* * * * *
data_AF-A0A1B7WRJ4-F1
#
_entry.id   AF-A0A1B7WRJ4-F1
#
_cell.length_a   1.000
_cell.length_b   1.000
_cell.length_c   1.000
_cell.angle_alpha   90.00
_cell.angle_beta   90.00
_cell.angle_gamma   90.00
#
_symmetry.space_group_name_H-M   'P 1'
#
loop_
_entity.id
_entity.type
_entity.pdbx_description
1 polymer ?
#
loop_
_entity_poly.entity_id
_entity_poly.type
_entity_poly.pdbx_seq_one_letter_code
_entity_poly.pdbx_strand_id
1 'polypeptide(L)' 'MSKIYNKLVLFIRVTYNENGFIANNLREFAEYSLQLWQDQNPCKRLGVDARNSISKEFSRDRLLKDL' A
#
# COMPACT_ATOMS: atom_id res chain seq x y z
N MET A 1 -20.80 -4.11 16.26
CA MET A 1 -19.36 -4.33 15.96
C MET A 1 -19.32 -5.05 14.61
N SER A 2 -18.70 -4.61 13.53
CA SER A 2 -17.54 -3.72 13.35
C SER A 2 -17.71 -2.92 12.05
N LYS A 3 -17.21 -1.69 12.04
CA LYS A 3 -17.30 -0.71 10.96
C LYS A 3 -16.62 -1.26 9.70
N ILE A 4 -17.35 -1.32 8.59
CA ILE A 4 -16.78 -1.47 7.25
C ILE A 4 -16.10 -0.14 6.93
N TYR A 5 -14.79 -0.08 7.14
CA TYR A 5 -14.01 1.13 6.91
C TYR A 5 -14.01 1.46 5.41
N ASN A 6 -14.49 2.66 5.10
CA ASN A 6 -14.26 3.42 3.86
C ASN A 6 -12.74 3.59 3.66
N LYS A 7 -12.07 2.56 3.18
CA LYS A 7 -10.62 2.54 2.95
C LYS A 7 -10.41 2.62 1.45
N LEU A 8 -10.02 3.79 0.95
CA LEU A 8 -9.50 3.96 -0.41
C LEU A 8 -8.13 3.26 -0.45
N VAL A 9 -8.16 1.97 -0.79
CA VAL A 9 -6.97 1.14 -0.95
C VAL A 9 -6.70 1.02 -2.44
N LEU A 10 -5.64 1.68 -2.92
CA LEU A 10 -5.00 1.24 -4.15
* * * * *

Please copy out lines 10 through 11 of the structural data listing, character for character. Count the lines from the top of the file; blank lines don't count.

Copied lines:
_cell.angle_gamma   90.00
#